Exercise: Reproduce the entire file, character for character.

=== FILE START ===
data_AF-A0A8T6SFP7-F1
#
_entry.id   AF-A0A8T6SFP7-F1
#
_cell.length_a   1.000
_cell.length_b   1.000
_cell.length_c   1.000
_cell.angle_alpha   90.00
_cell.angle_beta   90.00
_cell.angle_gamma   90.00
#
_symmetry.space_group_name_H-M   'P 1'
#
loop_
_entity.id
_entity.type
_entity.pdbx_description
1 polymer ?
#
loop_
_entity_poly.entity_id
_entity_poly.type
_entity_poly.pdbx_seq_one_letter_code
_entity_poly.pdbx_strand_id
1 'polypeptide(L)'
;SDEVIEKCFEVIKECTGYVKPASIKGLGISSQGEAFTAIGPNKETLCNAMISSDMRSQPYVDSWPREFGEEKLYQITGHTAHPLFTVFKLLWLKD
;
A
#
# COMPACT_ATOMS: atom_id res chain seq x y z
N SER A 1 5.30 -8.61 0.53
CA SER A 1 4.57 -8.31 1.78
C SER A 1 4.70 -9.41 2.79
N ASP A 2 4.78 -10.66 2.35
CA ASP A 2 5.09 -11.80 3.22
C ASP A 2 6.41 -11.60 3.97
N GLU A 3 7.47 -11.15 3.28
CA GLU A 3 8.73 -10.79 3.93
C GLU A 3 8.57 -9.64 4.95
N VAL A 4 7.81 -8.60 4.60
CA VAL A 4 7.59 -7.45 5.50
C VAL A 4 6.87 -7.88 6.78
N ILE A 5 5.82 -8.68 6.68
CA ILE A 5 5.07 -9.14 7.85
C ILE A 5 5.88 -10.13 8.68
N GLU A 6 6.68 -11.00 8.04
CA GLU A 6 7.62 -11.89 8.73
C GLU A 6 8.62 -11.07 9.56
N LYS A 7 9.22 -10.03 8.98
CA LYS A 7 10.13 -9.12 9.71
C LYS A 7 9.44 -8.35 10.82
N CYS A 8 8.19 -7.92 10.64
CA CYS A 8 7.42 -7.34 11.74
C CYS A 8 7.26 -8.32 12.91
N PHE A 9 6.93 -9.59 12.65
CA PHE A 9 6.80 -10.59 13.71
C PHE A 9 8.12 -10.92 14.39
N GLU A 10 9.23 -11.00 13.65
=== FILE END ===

data_AF-A0A8T6SFP7-F1
#
_entry.id   AF-A0A8T6SFP7-F1
#
_cell.length_a   1.000
_cell.length_b   1.000
_cell.length_c   1.000
_cell.angle_alpha   90.00
_cell.angle_beta   90.00
_cell.angle_gamma   90.00
#
_symmetry.space_group_name_H-M   'P 1'
#
loop_
_entity.id
_entity.type
_entity.pdbx_description
1 polymer ?
#
loop_
_entity_poly.entity_id
_entity_poly.type
_entity_poly.pdbx_seq_one_letter_code
_entity_poly.pdbx_strand_id
1 'polypeptide(L)'
;SDEVIEKCFEVIKECTGYVKPASIKGLGISSQGEAFTAIGPNKETLCNAMISSDMRSQPYVDSWPREFGEEKLYQITGHTAHPLFTVFKLLWLKD
;
A
#
# COMPACT_ATOMS: atom_id res chain seq x y z
N SER A 1 5.30 -8.61 0.53
CA SER A 1 4.57 -8.31 1.78
C SER A 1 4.70 -9.41 2.79
N ASP A 2 4.78 -10.66 2.35
CA ASP A 2 5.09 -11.80 3.22
C ASP A 2 6.41 -11.60 3.97
N GLU A 3 7.47 -11.15 3.28
CA GLU A 3 8.73 -10.79 3.93
C GLU A 3 8.57 -9.64 4.95
N VAL A 4 7.81 -8.60 4.60
CA VAL A 4 7.59 -7.45 5.50
C VAL A 4 6.87 -7.88 6.78
N ILE A 5 5.82 -8.68 6.68
CA ILE A 5 5.07 -9.14 7.85
C ILE A 5 5.88 -10.13 8.68
N GLU A 6 6.68 -11.00 8.04
CA GLU A 6 7.62 -11.89 8.73
C GLU A 6 8.62 -11.07 9.56
N LYS A 7 9.22 -10.03 8.98
CA LYS A 7 10.13 -9.12 9.71
C LYS A 7 9.44 -8.35 10.82
N CYS A 8 8.19 -7.92 10.64
CA CYS A 8 7.42 -7.34 11.74
C CYS A 8 7.26 -8.32 12.91
N PHE A 9 6.93 -9.59 12.65
CA PHE A 9 6.80 -10.59 13.71
C PHE A 9 8.12 -10.92 14.39
N GLU A 10 9.23 -11.00 13.65